• EG.5 (nicknamed “Eris”) is another Omicron XBB subvariant with a new mutation in its spike protein that may confer immune evasiveness, hence its dominance during the late summer surge in 2023.
  • HK.3 and HV.1 are descendants of EG.5.
  • FL.1.5 (nicknamed “Fornax”) is also known as the variant XBB. It first appeared in April 2023 and has the F456L spike mutation also in EG.5 and XBB1.16.6 which confers greater transmissibility.
  • XBB.1.16 (nicknamed “Arcturus”) has a transmission advantage over XBB.1.5 and was first detected in India in March 2023. It has been increasing in proportion across the US since April.
  • XBB.1.5 (nicknamed “Kraken” after a mythical sea monster) was first detected in New York in December 2022 and has a mutation that virologists believe allow the virus to bind to the ACE2 receptor more tightly, making it more immune evasive and transmissible. A study of XBB.1.5 infection outcomes in New York City, the likely epicenter of XBB1.5’s emergence in the US, found that there was no evidence of increased disease severity compared to BQ.1.

How do we prepare for the next variant wave?

  • Get an updated vaccine. The more doses and variant diversity your immune system is exposed to, the better it’s able to recognize new variants.
  • Have a supply of high-quality masks (N95, KN95, KF94s) and carry some with you.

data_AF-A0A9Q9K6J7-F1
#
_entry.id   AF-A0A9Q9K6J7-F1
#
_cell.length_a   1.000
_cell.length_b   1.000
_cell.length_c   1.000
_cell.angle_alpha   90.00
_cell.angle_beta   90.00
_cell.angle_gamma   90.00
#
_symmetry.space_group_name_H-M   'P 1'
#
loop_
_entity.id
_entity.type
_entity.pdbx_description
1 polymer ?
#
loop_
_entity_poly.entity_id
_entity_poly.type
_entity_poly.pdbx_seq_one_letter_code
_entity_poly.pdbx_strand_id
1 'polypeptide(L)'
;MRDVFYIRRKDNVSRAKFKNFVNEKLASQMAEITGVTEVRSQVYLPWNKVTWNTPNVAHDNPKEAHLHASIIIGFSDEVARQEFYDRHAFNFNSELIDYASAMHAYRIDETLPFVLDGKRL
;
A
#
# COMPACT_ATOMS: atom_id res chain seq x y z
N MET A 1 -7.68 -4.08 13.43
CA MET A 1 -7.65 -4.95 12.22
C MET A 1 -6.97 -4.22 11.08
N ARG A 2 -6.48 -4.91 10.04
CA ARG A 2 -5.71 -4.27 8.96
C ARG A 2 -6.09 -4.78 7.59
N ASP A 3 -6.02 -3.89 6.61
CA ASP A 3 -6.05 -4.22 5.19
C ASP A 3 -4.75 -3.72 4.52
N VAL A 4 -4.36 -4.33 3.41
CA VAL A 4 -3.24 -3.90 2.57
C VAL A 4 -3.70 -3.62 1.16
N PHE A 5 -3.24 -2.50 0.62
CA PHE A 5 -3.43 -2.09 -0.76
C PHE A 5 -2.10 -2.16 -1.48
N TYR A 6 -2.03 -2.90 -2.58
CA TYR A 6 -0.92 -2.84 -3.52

• Have a supply of rapid home COVID tests ready to use. Click here for information on how to get free tests through health insurance.
  • Make a plan to get treatment in case you get infected.
  • Have back-up plans for gatherings and travel if viral levels get too high or someone gets sick.
  • Check the amount of virus in your community using the early detection wastewater surveillance US dashboard.
Covid risk reduction graphic to mask, ventilate, test and avoid crowds when wastewater levels are over 40% of peak.

What are variants of concern? Why do they matter?

We have learned that SARS-CoV-2, the coronavirus that causes COVID-19, is a shape-shifting virus. Like all viruses, it mutates randomly when it replicates in someone’s body and creates new variants. When the mutations help the virus spread faster/better and spreads to others, the new variant can cause new outbreaks. These are called variants of concern.

SARS-CoV-2 has infected so many people that it has tons of chances to accumulate mutations, including ones that make it more transmissible and evade our immune systems, especially in the spike protein. We have also learned that this is a hardy virus – able to withstand a lot of mutations and still replicate and spread rapidly. We can’t predict how much new variants will be more transmissible, evade our immunity from vaccines and/or infection, escape detection from tests, remain susceptible to our treatments, or what their disease severity will be.